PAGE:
Madrid’s gamble backfires – Catalan separatists set to control regional parliament
According to a survey based on interviews with 3,000 voters, Ciudadanos will be the most voted for party in the Catalan election. However, independence parties jointly will have grabbed a bigger share of today’s vote which Spain's government had hoped would solidify links between Catalonia and Madrid, not confirm the Catalans' desire for independence.
Pro-unity party, Ciudadanos, will have attracted the most votes but will be unable to form a government in Catalonia as the separatists are highly likely to retain their absolute majority in the regional parliament.
If the exit polls and surveys are right, the result will be a severe blow to Prime Minister Mariano Rajoy whose expressed intent is that this regional election would return a ‘unity’ Catalan executive and quell the separatist movement’s tenet that ‘given the vote, the Catalonian electorate would prefer independence from Madrid.’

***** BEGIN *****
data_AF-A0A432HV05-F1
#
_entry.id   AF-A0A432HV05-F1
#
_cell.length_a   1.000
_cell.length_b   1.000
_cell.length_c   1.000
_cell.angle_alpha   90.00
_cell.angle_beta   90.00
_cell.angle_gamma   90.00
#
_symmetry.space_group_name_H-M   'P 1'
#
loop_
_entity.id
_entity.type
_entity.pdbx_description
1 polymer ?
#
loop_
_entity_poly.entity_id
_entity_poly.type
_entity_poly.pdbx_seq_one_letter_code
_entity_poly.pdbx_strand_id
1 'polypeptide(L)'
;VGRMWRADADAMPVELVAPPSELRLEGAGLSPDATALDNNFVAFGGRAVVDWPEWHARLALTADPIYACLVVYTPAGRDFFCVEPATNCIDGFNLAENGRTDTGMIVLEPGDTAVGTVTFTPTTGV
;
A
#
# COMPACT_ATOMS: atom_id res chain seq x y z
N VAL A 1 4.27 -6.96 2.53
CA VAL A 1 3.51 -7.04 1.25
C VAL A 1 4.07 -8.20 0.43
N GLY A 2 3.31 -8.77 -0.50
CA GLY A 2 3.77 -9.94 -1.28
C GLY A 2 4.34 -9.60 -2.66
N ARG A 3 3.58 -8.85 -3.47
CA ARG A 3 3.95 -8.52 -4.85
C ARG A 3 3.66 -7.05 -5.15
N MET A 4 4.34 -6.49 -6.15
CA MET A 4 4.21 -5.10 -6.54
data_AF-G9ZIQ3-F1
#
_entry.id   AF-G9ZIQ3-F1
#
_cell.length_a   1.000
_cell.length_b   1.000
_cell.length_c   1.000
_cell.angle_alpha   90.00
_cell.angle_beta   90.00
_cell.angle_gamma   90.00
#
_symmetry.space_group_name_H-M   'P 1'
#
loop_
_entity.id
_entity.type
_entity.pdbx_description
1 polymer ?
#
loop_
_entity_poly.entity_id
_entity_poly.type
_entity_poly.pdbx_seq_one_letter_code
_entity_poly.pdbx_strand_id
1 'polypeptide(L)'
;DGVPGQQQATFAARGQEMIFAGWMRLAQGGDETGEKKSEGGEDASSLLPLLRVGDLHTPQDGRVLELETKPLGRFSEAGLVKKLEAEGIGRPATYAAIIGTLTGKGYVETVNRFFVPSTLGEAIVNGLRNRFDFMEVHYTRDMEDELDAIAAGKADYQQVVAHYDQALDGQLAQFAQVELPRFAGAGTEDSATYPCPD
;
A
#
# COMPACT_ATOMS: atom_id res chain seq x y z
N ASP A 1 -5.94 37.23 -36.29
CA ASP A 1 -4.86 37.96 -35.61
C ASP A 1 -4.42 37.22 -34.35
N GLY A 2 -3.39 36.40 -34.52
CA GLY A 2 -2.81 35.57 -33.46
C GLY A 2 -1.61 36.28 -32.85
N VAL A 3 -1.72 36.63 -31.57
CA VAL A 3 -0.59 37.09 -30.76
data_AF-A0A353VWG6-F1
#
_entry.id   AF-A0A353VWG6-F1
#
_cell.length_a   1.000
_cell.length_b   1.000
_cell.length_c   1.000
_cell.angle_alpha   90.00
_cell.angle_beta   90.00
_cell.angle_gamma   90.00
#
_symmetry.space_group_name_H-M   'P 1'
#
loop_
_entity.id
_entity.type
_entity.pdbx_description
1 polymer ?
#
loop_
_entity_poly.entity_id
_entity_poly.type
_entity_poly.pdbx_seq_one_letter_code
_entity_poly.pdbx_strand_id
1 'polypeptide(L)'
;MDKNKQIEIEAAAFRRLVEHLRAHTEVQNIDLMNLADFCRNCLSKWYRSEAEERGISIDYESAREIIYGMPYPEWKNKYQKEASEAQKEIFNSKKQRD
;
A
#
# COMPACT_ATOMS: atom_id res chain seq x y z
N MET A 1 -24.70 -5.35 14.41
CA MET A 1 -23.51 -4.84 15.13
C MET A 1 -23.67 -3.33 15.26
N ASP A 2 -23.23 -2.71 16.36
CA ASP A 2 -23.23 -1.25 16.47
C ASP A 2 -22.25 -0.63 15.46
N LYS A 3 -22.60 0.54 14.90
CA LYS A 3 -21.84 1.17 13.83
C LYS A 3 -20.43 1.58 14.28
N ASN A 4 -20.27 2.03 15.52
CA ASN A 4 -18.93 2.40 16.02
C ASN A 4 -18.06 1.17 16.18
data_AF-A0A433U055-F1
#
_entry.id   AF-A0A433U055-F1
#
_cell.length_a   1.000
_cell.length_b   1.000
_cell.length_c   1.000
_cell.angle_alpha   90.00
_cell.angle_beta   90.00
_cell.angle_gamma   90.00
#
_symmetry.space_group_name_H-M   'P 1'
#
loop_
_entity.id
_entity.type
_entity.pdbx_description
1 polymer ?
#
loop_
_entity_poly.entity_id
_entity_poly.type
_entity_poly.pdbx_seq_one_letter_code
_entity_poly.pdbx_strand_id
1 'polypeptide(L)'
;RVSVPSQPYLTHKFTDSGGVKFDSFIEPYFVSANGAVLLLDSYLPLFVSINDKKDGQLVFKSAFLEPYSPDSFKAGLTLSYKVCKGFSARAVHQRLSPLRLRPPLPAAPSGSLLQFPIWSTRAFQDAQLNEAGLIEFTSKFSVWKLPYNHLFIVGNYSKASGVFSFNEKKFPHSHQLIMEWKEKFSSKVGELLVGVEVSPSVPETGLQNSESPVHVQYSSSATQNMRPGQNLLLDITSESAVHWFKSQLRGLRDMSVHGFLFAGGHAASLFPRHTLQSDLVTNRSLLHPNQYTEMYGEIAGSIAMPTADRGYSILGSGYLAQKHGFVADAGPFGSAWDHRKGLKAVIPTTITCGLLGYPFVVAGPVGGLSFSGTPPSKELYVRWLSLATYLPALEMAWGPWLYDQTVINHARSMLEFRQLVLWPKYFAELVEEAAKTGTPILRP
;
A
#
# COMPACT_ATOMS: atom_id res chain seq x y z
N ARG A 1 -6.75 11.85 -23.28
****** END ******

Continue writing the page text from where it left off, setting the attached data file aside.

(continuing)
The last time the people of Catlonia voted, or tried to vote, was at October 1st’s illegal referendum when police and Guardia Civil let loose a barrage of violence on voters attending voting stations. Images of blood-stained women and baton-wielding national police went around the world and increased Rajoy’s domestic appeal as a ‘hard man’ but caused international opprobrium.
Independence was declared ãfter the October vote. Rajoy reacted by sacking the entire Catalan cabinet and dissolved the parliament, actions which led to today’s election where the provisional result puts the centrist, pro-unity Ciudadanos in first place but unable to form a government.